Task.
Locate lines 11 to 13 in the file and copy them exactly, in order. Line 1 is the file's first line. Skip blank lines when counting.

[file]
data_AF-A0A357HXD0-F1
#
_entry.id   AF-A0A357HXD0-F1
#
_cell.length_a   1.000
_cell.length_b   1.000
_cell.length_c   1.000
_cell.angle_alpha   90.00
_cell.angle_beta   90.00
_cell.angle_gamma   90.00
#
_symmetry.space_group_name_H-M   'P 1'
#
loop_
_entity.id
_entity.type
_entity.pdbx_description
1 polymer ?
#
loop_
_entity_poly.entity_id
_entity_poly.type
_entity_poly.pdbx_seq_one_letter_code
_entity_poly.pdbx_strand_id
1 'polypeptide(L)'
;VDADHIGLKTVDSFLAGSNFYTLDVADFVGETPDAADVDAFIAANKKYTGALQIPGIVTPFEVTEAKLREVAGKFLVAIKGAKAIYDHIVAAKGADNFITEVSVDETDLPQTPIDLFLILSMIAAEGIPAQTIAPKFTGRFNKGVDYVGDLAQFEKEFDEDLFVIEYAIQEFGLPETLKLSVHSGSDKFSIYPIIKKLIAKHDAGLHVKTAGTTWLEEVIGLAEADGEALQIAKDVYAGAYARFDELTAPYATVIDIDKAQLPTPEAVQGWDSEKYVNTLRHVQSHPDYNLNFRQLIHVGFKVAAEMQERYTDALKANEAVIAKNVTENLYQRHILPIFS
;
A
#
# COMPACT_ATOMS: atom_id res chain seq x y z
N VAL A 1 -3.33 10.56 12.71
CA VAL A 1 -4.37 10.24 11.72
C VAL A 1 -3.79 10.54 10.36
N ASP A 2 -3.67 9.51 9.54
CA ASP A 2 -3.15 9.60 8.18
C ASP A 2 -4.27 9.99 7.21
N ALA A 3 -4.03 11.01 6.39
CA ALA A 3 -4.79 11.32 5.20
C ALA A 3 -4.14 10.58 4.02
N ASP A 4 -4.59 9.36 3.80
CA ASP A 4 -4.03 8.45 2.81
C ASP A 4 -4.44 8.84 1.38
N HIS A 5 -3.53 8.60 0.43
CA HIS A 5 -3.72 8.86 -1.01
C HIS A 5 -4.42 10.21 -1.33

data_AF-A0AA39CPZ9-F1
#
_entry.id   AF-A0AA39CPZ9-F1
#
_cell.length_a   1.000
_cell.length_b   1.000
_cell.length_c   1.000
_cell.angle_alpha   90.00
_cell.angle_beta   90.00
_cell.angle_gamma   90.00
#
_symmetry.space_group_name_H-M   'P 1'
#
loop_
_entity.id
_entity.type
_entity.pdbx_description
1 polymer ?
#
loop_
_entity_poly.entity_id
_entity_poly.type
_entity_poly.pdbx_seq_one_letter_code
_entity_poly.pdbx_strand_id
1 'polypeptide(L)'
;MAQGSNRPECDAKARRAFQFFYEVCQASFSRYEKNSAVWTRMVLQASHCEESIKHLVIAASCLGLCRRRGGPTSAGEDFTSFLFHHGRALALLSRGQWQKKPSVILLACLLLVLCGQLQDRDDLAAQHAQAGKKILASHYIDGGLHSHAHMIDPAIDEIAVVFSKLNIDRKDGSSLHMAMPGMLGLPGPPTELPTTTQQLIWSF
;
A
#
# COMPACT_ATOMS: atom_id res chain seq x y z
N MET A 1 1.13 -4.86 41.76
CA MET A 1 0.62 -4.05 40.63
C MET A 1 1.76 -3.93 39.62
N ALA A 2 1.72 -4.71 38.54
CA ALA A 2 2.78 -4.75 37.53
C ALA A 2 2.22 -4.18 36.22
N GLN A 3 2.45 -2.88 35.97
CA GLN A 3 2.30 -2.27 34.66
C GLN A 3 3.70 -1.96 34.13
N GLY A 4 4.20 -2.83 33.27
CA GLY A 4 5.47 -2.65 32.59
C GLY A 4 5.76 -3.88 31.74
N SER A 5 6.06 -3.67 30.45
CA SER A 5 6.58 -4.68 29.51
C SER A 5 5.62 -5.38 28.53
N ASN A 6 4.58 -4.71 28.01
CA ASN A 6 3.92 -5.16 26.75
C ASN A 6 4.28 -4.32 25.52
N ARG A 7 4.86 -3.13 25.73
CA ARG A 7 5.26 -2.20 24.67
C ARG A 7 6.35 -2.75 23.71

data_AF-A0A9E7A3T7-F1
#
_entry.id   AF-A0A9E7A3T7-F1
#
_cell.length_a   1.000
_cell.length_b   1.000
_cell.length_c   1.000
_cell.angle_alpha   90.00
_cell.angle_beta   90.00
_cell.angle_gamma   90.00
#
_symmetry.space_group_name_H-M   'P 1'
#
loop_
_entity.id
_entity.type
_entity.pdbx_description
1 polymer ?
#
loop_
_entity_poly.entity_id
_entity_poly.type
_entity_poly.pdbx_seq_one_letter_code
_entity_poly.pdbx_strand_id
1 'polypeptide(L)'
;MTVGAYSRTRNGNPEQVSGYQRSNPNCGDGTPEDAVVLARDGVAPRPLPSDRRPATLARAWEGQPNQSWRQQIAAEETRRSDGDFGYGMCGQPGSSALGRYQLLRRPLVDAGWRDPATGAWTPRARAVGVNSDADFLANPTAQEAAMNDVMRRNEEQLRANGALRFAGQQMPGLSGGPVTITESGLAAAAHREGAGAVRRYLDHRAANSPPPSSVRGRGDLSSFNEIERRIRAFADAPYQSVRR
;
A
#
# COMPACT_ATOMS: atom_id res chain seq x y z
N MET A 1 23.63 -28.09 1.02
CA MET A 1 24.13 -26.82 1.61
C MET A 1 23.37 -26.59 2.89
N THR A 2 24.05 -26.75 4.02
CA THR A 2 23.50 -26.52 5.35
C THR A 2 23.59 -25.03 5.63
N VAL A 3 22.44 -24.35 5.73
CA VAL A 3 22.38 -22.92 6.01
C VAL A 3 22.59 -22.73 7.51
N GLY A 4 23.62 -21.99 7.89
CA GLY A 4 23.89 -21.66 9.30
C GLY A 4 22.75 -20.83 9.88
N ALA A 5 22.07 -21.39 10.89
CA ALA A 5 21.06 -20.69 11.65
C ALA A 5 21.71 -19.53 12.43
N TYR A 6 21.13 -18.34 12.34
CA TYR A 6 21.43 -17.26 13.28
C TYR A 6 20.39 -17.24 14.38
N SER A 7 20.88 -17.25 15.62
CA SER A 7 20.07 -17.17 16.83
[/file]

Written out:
#
_symmetry.space_group_name_H-M   'P 1'
#